Looking outward at the field of professional development I came to:

• more deeply understand the fundamental role of school and system leaders in continuous improvement. It is simply impossible to have professional learning that benefits all students in all classrooms without knowledgeable and engaged system leaders, principals, and teacher leaders, all equally involved in its planning and implementation.

• better appreciate the power of school culture to determine the quality of teaching and learning across classrooms. Culture truly does trump innovation.

During my final years with NSDC I became increasingly aware that I missed the sustained, direct contact I had previously experienced with teachers and administrators in their schools.

Much of my work at NSDC was with groups formed for a brief moment in time whose members I would likely not see again. While such groups are appropriate to introduce a topic for expanded study and practice, they are insufficient to change the quality of professional learning, improve teamwork, alter the culture of a school, and, most importantly, affect teaching and learning.

That awareness, after 23 years of employment with NSDC, led me to conceptualize the next phase of my professional life as one that would enable me to work directly with administrator and teacher leadership teams over time focused on a relatively small number of essential leadership skills. 

And so in 2007 I left the security of a job I enjoyed with people I admired for a new chapter in my professional life that I could only see in outline, much as I had done 35 years earlier with ALPHA and then with NSDC I.

Have there been times in your career when you knew it was time to move on, and how did you navigate that transition?

(I had the privilege for most of my employment at NSDC II to have as my colleagues Shirley Havens, Leslie Miller, Stephanie Hirsh, Joellen Killion, and Joan Richardson, who each in their own way strengthened our leadership team, contributed to the quality of Council work, and enriched my life. For all of those people I am appreciative and grateful, as well as for countless NSDC presidents, trustees, staff members, and volunteers too numerous to mention.)

[This post is one in a series from a memoir titled, “It Might Have Been Otherwise.”]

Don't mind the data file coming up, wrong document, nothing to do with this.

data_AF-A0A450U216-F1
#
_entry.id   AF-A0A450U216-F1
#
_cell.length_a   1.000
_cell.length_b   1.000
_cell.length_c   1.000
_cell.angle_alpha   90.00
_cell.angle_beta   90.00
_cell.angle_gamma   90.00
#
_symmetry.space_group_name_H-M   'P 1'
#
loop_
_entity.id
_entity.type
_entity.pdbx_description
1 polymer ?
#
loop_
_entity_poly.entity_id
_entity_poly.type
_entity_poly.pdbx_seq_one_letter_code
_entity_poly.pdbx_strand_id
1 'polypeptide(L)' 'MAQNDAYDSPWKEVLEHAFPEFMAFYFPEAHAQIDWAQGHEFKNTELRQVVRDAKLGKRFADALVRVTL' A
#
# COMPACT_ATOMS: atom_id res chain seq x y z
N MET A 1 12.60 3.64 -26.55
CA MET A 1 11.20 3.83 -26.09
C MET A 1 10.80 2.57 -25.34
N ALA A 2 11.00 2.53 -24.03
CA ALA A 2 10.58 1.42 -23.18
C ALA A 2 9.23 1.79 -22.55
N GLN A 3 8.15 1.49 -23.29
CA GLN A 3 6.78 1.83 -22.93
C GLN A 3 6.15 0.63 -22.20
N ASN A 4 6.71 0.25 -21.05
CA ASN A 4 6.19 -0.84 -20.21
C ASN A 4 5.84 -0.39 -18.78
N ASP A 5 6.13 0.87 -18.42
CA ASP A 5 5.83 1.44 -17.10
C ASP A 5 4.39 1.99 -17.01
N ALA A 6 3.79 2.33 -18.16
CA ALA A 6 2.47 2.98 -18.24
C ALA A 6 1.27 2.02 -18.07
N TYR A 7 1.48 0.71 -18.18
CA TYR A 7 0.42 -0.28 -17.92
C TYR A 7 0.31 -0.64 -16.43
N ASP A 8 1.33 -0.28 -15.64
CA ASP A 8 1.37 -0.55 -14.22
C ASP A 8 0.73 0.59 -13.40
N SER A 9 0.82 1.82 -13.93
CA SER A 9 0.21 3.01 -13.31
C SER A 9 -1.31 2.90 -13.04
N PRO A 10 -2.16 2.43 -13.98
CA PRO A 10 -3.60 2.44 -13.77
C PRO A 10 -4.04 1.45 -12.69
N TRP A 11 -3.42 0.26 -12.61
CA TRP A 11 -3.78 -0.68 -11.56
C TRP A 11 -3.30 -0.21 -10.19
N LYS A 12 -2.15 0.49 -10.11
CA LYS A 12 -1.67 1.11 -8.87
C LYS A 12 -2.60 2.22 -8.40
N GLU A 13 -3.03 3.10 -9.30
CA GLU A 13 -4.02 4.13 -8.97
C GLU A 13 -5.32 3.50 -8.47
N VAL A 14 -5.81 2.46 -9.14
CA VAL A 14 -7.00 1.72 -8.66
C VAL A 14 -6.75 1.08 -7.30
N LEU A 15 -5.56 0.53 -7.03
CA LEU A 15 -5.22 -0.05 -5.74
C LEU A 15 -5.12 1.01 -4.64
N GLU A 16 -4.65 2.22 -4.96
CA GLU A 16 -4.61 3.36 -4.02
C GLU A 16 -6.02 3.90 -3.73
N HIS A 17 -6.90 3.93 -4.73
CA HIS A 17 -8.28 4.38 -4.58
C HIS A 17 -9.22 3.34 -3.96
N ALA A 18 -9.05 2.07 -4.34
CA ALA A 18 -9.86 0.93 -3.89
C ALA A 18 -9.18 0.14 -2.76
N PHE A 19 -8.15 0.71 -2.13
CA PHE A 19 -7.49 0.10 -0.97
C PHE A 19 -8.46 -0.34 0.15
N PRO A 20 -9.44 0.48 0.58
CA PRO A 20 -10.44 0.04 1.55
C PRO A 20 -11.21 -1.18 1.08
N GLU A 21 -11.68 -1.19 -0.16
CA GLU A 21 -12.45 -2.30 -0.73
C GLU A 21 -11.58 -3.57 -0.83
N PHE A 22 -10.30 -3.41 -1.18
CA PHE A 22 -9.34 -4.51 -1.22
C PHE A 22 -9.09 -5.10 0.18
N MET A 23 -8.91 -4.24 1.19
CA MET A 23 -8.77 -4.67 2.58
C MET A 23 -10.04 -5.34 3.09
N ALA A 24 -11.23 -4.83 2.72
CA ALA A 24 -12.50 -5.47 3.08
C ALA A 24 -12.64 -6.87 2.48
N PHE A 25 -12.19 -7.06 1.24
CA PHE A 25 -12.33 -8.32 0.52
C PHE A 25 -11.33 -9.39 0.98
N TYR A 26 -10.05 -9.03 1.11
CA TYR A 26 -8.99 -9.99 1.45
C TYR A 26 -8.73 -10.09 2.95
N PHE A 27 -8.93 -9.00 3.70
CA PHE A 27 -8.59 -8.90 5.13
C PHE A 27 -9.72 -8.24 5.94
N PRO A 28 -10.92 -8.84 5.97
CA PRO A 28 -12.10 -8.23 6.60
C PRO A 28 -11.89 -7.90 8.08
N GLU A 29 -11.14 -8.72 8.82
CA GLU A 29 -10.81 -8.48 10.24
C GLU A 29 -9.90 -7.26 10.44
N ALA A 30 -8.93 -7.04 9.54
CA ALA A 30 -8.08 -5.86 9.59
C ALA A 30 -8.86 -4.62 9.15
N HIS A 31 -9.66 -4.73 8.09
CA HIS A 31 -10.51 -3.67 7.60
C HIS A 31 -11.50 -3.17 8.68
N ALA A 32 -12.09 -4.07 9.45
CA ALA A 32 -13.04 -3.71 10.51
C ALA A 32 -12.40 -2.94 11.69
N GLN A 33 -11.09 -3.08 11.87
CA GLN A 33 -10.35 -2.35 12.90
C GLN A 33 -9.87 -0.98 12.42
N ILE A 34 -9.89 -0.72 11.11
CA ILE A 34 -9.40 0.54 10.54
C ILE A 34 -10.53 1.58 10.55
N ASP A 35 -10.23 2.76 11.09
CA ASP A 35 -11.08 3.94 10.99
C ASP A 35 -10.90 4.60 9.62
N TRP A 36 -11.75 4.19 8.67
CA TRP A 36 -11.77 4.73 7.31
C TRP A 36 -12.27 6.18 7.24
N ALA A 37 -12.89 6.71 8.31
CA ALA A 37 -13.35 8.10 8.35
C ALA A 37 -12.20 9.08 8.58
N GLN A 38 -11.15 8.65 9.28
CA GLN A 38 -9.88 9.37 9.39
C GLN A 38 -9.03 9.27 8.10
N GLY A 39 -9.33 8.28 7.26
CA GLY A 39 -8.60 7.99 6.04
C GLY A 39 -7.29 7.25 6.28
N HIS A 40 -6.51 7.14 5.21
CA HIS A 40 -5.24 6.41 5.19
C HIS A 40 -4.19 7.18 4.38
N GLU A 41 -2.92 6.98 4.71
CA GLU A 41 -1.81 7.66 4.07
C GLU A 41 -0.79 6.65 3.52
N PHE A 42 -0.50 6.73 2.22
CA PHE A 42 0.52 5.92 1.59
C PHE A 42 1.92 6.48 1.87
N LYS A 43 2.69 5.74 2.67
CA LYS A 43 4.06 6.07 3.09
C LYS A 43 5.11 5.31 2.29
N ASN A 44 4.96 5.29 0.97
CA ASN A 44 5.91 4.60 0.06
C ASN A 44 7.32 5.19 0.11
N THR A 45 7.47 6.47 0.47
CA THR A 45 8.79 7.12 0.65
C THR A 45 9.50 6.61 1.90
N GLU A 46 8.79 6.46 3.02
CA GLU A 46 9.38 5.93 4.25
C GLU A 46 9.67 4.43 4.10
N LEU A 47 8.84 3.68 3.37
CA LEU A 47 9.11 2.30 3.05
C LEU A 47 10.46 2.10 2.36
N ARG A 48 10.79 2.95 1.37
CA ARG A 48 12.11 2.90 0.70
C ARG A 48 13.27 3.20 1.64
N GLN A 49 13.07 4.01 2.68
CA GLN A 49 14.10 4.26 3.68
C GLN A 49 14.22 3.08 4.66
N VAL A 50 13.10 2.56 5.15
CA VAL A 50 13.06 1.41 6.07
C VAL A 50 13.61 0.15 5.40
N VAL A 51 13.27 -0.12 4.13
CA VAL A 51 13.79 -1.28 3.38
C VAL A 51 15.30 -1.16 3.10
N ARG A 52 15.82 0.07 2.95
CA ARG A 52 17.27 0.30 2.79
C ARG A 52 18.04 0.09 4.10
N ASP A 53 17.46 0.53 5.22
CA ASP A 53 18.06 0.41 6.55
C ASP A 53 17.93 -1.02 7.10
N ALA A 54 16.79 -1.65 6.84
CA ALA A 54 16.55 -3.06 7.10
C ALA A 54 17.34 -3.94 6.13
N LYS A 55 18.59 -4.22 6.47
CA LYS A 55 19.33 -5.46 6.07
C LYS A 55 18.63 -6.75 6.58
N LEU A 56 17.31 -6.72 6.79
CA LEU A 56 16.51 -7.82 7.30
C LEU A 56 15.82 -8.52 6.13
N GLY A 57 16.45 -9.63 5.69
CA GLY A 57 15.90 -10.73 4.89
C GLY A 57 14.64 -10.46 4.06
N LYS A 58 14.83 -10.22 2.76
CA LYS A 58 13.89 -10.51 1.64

Ch. 13: Deepening the conversation

con·ver·sa·tion noun
/ˌkänvərˈsāSH(ə)
a talk, especially an informal one, between two or more people, in which news and ideas are exchanged

In the mid to late-1970s I was teaching at ALPHA and finishing my doctoral dissertation, which investigated what high school students shared with others about their lives. I also taught introductory counseling and group counseling courses at the University of Michigan and Eastern Michigan University.

I believed then and now that trust is the bedrock of a strong learning community, no matter the age of the students.

I also believed that trust required a deeper understanding and respect among community members, and that those qualities flowed from authentic conversations.

So I sought a rationale and organizer for such conversations that I hoped would appeal to students of all ages, and found one in Why Am I Afraid to Tell You Who I Am? by John Powell, a Jesuit priest, who described five levels of communication:

5: Cliche Conversation, which is shallow and filled with factoids. Trivia is shared and the conversation is “safe.”

4: Facts About Others, rather than about ourselves. This level also includes facts about events and things.

3: Ideas and Judgements, a level at which we are beginning to share more deeply about ourselves, but in a guarded way.

2: Feelings, a level at which through our emotions we begin to offer our uniqueness to others, especially when our feelings are paired with our ideas and judgments. Such disclosure is riskier because it answers the question posed in the title of Powell’s book, Why Am I Afraid to Tell You Who I Am?—I am afraid because if I reveal my deeper self to you and you reject it, you are rejecting the real me, not a facade.

1: Peak Communication, the deepest and most authentic form of communication, in which one person’s disclosure evokes similar disclosure in others as participants progressively reveal more of themselves.

Powell’s organizer explains that the simplest and most direct way to deepen conversations, whether with colleagues, friends, or family members, is by revealing something of significance about ourselves and inviting others to do the same while listening carefully and nonjudgmentally to their responses. 

Of course, just as some crave more authentic conversations, others for a variety of reasons are content with Powell’s levels 4 and 5, finding the deeper levels more emotionally demanding or riskier than they believe the effort is worth.

I recently came across a blog post by Brett MacKay and Kate MacKay about the role of conversation in character development and other forms of learning, benefits I had not considered in the 1970s.

The MacKays argue that such conversations: